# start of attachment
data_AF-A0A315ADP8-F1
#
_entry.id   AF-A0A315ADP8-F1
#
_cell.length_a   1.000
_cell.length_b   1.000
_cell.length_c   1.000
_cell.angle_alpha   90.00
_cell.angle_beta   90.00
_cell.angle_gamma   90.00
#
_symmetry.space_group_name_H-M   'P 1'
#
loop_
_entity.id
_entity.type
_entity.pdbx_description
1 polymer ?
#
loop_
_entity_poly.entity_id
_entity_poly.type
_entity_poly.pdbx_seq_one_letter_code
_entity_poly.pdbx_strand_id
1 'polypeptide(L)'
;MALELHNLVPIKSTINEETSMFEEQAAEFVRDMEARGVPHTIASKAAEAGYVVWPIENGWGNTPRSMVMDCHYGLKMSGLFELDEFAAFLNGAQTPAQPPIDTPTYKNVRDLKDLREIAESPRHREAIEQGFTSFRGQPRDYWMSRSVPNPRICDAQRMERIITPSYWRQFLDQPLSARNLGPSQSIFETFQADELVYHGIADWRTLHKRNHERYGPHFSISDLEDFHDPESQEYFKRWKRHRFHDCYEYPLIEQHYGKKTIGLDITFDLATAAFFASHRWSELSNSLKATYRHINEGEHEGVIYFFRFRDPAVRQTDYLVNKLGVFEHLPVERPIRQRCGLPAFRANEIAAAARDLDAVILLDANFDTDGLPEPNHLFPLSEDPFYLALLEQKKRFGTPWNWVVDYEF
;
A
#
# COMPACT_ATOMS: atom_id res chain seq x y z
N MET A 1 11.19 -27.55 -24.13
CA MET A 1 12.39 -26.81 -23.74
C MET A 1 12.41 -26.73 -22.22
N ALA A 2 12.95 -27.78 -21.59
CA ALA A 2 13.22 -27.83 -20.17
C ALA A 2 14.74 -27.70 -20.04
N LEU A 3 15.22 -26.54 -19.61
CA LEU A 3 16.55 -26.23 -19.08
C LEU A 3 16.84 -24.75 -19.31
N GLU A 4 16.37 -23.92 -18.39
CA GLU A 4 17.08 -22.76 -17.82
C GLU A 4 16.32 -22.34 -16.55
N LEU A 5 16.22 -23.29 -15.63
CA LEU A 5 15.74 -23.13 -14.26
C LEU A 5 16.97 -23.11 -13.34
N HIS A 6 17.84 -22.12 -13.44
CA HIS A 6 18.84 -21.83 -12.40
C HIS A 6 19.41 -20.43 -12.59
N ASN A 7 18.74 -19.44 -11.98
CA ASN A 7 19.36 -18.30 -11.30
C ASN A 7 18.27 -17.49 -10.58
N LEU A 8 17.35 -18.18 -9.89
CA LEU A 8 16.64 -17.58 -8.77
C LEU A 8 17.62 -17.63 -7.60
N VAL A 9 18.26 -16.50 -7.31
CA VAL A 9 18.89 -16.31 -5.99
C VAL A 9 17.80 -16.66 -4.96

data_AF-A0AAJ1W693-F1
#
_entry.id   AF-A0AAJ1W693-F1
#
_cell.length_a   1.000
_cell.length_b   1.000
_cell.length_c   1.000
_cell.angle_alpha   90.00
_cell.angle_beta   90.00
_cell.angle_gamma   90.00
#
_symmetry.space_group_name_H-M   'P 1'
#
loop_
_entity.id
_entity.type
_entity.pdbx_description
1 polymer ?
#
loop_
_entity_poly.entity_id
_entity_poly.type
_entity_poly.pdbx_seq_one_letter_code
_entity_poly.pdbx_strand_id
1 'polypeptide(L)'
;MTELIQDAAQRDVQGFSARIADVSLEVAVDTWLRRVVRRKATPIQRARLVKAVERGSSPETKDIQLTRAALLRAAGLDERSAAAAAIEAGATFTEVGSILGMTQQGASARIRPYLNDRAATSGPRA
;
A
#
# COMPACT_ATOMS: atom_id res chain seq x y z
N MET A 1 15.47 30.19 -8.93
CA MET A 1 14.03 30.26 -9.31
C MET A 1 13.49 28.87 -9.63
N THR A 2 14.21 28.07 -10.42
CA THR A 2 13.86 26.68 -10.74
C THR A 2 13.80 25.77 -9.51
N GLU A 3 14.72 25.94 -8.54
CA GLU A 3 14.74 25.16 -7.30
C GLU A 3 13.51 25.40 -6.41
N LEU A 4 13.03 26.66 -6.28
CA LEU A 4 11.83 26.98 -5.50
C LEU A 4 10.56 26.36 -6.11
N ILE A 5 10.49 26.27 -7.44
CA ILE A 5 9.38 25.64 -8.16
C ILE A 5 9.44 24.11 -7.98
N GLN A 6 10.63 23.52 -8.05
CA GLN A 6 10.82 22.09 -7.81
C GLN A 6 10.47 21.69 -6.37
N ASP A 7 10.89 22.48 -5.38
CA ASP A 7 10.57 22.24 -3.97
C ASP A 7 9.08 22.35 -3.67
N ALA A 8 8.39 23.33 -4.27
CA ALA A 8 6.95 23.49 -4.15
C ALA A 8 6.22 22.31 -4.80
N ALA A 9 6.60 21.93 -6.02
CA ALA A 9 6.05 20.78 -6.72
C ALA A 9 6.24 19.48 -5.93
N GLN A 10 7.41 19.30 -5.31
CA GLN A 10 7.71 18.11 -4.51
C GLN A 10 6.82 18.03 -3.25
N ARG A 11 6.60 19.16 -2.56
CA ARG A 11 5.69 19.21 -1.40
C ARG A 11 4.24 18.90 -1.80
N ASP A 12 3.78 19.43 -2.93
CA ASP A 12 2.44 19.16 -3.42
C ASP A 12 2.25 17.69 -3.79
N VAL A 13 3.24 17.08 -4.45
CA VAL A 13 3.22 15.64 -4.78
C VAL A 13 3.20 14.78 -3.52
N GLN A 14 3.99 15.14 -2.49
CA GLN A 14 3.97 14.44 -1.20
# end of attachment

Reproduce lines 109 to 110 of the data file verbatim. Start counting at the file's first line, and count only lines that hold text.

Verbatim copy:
N ALA A 8 8.39 23.33 -4.27
CA ALA A 8 6.95 23.49 -4.15